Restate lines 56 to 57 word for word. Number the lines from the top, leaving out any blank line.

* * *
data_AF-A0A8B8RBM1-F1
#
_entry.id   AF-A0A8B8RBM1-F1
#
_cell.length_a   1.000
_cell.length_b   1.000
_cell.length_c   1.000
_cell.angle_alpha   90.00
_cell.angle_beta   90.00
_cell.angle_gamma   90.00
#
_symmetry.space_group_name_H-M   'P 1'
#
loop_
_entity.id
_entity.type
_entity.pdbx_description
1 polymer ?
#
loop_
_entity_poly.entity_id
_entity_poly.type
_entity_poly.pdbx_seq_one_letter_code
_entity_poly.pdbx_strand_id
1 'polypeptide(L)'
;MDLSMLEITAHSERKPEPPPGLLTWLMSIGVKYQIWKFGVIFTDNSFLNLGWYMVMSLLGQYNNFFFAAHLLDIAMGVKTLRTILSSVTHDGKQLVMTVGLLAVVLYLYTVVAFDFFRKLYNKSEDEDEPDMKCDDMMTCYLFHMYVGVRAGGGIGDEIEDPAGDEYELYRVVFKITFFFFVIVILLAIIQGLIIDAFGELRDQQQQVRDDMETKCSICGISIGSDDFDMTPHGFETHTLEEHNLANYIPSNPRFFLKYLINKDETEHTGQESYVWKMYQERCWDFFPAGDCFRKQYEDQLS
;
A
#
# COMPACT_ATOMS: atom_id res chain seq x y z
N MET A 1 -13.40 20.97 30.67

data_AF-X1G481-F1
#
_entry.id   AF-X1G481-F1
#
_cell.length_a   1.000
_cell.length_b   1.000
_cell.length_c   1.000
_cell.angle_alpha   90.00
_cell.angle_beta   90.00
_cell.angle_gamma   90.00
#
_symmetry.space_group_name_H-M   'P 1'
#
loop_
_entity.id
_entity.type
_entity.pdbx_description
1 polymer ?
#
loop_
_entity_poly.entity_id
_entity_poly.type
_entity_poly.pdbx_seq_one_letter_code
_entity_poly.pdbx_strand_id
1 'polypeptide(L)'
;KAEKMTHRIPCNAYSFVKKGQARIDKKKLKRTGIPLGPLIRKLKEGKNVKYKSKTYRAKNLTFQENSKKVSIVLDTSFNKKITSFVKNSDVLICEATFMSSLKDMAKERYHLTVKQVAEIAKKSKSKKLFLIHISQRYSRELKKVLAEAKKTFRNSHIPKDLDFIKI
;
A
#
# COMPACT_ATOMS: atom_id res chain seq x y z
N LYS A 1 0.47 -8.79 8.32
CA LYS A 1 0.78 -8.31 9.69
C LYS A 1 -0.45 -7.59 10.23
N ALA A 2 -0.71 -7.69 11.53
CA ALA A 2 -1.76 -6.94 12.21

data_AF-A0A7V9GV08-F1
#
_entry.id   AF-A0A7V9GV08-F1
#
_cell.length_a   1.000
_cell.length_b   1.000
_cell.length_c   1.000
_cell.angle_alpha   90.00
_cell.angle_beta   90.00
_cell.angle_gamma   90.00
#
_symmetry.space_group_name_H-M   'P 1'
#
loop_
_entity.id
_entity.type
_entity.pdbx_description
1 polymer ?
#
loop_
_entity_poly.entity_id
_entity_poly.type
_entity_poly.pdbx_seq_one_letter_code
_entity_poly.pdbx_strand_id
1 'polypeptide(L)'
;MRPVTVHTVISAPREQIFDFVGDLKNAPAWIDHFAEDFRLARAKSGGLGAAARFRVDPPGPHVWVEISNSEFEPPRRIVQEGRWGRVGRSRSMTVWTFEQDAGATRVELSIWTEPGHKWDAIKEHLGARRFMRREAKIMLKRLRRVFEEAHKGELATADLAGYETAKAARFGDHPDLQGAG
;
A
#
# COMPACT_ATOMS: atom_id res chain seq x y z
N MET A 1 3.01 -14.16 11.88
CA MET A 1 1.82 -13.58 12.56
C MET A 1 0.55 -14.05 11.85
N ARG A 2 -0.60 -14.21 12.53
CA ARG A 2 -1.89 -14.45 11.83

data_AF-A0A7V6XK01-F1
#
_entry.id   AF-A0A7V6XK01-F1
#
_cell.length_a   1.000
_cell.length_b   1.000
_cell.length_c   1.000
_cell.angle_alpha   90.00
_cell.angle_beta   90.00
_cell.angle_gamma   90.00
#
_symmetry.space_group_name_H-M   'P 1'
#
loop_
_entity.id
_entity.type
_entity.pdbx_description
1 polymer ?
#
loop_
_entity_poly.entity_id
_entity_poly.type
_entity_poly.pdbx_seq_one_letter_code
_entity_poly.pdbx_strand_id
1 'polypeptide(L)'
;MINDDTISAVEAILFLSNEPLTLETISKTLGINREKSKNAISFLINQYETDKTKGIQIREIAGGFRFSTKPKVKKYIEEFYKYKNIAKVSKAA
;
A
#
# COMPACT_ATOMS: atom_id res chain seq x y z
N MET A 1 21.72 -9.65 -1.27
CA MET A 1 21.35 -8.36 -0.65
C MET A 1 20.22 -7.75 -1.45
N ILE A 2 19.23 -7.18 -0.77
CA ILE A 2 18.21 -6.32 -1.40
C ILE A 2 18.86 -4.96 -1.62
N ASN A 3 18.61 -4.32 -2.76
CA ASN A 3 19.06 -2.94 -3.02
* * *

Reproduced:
1 'polypeptide(L)'
;KAEKMTHRIPCNAYSFVKKGQARIDKKKLKRTGIPLGPLIRKLKEGKNVKYKSKTYRAKNLTFQENSKKVSIVLDTSFNKKITSFVKNSDVLICEATFMSSLKDMAKERYHLTVKQVAEIAKKSKSKKLFLIHISQRYSRELKKVLAEAKKTFRNSHIPKDLDFIKI